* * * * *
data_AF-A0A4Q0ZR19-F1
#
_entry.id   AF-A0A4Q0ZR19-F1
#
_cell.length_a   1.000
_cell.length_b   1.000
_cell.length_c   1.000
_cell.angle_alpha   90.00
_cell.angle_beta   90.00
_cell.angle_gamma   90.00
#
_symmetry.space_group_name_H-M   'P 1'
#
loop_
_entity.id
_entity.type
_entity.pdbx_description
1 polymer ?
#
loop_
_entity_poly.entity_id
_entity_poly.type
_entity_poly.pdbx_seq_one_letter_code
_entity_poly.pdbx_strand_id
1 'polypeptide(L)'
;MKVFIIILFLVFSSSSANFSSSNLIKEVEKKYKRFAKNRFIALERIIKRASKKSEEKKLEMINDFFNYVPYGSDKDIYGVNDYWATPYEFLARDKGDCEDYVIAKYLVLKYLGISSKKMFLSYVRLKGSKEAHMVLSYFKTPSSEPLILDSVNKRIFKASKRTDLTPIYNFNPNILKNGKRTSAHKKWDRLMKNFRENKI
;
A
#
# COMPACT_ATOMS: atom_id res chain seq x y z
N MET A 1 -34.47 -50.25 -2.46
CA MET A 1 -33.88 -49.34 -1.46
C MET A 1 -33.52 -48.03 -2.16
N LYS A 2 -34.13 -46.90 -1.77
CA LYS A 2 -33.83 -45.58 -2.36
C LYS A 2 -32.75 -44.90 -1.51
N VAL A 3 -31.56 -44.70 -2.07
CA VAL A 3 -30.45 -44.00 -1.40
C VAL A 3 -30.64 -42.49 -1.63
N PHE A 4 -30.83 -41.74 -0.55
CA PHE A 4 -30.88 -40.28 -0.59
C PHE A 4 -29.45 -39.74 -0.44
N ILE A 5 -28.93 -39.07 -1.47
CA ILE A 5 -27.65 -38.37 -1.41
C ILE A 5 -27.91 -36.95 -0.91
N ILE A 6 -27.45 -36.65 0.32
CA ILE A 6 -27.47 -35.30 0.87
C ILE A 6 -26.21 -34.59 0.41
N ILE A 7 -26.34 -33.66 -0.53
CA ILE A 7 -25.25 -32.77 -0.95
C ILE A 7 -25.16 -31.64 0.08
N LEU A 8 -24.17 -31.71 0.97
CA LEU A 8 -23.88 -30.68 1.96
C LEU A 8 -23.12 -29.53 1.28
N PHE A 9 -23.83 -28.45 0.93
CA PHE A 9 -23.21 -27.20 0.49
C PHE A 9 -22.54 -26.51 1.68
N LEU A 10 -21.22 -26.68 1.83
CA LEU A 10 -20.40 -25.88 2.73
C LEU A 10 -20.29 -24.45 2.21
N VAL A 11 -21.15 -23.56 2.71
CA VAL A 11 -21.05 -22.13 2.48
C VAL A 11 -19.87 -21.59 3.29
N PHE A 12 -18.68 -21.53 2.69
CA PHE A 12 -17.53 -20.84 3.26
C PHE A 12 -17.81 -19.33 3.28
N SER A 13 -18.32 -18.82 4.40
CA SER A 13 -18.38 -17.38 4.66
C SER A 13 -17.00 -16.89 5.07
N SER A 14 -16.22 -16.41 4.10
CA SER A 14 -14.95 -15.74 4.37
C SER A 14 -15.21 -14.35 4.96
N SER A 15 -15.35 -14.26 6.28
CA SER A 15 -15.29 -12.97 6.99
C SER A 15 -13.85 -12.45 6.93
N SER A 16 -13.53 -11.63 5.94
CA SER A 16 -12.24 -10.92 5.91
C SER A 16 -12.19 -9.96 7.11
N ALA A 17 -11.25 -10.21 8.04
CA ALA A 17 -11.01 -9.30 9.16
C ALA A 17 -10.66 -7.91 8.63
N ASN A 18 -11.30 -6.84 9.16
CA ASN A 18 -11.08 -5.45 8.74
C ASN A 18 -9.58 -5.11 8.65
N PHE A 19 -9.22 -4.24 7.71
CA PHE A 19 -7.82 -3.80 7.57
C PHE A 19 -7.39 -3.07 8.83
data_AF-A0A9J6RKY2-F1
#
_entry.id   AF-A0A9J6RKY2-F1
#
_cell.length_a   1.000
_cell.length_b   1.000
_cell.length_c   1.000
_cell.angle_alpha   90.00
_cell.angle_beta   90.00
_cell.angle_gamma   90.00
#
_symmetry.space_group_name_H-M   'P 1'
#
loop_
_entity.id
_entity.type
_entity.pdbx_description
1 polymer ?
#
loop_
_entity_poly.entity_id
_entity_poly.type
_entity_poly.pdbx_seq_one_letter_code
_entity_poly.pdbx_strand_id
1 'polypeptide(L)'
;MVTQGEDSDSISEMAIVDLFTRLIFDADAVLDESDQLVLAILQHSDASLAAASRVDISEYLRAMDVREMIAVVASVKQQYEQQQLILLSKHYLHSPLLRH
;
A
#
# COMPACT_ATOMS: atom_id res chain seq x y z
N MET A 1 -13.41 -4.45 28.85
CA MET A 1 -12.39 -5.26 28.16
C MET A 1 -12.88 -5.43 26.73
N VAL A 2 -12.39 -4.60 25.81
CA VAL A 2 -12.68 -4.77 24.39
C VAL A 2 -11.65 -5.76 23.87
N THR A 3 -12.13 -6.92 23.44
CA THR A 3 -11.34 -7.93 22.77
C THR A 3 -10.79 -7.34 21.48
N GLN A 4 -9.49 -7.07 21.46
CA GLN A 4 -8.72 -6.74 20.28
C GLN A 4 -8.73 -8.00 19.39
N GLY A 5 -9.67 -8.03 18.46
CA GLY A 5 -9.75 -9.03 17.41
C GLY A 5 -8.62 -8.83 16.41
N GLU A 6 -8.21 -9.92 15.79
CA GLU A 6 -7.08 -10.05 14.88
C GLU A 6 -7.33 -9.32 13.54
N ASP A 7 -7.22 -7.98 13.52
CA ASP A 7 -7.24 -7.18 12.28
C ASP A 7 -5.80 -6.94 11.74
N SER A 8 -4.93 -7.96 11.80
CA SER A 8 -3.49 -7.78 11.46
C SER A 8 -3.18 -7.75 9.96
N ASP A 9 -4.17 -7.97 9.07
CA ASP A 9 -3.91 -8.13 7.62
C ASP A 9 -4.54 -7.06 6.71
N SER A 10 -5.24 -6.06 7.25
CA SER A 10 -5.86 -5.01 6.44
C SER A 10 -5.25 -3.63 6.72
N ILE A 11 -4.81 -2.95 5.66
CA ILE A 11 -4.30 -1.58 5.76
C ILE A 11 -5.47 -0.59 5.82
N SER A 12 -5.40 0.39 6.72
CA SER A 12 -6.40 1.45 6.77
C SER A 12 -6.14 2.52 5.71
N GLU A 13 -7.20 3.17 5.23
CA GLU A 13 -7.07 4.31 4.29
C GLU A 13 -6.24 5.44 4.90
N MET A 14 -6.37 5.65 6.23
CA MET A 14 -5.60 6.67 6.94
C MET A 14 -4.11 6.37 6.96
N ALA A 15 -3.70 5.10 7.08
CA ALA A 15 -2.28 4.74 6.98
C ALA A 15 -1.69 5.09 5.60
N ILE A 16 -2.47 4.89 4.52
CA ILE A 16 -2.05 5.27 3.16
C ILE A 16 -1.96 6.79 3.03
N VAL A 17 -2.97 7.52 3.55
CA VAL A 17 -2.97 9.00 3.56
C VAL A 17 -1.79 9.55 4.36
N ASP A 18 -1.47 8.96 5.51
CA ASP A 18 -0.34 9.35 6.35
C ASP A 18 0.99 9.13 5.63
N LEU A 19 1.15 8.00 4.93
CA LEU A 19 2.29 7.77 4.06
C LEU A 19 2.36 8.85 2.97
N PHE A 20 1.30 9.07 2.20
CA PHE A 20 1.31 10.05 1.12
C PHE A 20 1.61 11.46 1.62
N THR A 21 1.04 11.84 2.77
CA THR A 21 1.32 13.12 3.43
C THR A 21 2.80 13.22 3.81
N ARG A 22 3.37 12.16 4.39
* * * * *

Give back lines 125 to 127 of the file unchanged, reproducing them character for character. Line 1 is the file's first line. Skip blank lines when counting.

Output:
CA THR A 3 -11.34 -7.93 22.77
C THR A 3 -10.79 -7.34 21.48
N GLN A 4 -9.49 -7.07 21.46